Simon Fell on extensibility:
Coping with Change [ Sam Ruby's Radio Weblog ] More good stuff from Sam, he also points to this post about extensibility. This is why I prefer SOAP over XML-RPC and RSS 1.0 over RSS 0.92, because they are extensible in a non-centralized manner (using namespaces). For example, a while back I wanted to syndicate information about time based events , RSS 1.0 allowed me to compose in the additional metadata I wanted (and in fact, I was able to re-use some standard metadata defined by Dublin Core ), whilst RSS 0.92 required me try and get the spec rev'd, and whilst there is now a RSS 0.93 spec, its appears to be pretty much dead in the water. [ Simon Fell ]
Boy, is this ever a touchy subject. I understand and appreciate both sides of the issue. Extensibility does matter, enormously, but not until critical mass creates the environment in which it can. For what it's worth, I believe both of these premises to be false:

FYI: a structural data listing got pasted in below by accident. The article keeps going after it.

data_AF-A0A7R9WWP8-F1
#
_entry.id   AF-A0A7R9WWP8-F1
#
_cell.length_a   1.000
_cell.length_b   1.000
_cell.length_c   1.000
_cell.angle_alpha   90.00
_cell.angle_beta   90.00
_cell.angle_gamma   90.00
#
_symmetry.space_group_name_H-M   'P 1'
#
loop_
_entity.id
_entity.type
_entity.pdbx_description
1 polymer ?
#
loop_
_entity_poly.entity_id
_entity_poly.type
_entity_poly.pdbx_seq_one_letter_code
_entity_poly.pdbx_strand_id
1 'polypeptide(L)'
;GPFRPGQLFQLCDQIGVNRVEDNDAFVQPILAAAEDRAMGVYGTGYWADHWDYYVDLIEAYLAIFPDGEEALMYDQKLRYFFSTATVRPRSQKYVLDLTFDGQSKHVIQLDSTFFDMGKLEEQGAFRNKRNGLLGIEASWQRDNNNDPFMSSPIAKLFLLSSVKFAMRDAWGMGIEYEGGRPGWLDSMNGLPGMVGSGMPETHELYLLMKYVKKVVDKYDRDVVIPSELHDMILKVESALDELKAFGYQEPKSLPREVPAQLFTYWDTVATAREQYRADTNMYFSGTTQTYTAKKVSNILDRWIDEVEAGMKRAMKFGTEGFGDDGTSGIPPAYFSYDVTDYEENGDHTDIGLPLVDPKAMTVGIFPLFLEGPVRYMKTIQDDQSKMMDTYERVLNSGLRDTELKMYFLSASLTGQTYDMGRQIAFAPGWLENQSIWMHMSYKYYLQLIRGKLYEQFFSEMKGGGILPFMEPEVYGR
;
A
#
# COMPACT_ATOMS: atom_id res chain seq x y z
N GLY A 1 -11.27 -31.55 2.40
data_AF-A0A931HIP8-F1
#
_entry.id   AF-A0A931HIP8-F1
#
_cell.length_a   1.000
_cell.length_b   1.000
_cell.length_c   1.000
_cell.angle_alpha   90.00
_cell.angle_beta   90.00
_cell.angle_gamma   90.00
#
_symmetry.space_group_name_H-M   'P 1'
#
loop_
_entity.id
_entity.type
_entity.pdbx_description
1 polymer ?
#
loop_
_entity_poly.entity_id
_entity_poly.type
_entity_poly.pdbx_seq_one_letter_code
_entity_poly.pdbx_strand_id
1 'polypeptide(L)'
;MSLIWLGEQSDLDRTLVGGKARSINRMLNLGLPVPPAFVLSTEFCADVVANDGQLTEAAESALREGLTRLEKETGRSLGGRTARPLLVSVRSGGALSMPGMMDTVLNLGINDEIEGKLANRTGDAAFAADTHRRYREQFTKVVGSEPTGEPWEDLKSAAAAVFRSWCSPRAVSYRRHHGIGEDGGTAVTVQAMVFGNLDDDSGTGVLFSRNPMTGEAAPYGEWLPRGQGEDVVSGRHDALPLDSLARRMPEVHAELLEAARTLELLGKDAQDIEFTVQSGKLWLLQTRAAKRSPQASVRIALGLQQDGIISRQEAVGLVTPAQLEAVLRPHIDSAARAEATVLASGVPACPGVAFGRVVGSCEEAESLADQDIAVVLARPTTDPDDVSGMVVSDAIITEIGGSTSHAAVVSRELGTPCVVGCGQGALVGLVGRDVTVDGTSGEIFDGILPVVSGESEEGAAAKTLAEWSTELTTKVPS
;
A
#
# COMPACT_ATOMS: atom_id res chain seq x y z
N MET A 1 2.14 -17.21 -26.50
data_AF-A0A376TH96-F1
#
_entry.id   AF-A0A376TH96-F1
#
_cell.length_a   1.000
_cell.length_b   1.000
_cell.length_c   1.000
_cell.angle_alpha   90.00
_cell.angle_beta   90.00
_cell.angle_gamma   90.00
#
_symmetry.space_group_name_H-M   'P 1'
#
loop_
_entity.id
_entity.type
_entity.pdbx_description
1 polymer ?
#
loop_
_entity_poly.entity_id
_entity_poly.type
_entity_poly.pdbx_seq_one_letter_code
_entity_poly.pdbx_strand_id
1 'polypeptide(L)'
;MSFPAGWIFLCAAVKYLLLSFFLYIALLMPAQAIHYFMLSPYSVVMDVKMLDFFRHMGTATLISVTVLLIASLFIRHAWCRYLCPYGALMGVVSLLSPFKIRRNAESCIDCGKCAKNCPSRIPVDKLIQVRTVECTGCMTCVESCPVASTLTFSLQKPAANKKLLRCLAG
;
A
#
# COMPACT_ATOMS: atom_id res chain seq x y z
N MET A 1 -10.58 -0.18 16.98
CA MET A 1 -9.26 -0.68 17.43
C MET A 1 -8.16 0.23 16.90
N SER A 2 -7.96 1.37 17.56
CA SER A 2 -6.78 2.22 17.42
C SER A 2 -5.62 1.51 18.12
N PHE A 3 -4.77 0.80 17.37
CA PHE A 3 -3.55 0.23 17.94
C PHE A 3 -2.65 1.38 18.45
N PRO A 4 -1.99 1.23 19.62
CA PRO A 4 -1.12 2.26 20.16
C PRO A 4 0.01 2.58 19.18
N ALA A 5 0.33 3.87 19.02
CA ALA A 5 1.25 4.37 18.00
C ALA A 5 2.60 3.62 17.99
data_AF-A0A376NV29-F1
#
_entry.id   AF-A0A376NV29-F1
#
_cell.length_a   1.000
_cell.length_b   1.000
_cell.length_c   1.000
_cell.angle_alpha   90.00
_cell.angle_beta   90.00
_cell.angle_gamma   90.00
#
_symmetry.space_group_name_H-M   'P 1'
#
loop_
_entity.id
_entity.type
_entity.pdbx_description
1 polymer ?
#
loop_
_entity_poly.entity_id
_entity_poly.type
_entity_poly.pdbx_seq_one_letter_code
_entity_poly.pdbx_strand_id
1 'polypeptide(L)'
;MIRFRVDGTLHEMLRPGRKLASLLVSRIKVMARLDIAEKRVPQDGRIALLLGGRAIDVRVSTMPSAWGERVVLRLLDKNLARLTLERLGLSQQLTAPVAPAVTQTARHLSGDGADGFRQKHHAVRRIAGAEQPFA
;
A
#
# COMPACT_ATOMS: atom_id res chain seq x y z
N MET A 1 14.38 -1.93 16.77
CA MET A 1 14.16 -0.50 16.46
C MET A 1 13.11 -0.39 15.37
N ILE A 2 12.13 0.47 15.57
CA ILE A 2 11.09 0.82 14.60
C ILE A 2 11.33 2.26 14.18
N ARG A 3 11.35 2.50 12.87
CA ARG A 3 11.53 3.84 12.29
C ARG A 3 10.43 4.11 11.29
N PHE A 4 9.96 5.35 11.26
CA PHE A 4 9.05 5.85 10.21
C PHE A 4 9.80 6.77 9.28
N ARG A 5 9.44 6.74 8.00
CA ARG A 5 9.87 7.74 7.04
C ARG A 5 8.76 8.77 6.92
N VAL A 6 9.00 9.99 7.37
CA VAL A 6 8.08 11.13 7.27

That non-extensibility prevents reaching critical mass.
That extensibility guarantees reaching critical mass.
COM, for example, was non-extensible (as Sam defines it), yet it reached critical mass. Now MS has the luxury of replacing it with a more extensible infrastructure.
Meanwhile, the landscape is littered with the corpses of wonderfully extensible systems.
Could COM and .NET have happened in one iteration? It's an interesting question. Perhaps it would have been possible to make 1990s-era COM interfaces be a degenerate case (singly rooted in an MS namespace) of something more general, such as is now emerging. And, to do this in a way that wouldn't have slowed anybody down.
We can't repeat that particular experiment. The tradeoffs being made now between extensibility and critical mass are happening in a different world. Nobody knows, for sure, where the right balance point lies.
One thing is sure, though. Until and unless critical mass is achieved, we are just angels dancing on the head of a pin.
Former URL: http://weblog.infoworld.com/udell/2002/03/15.html#a139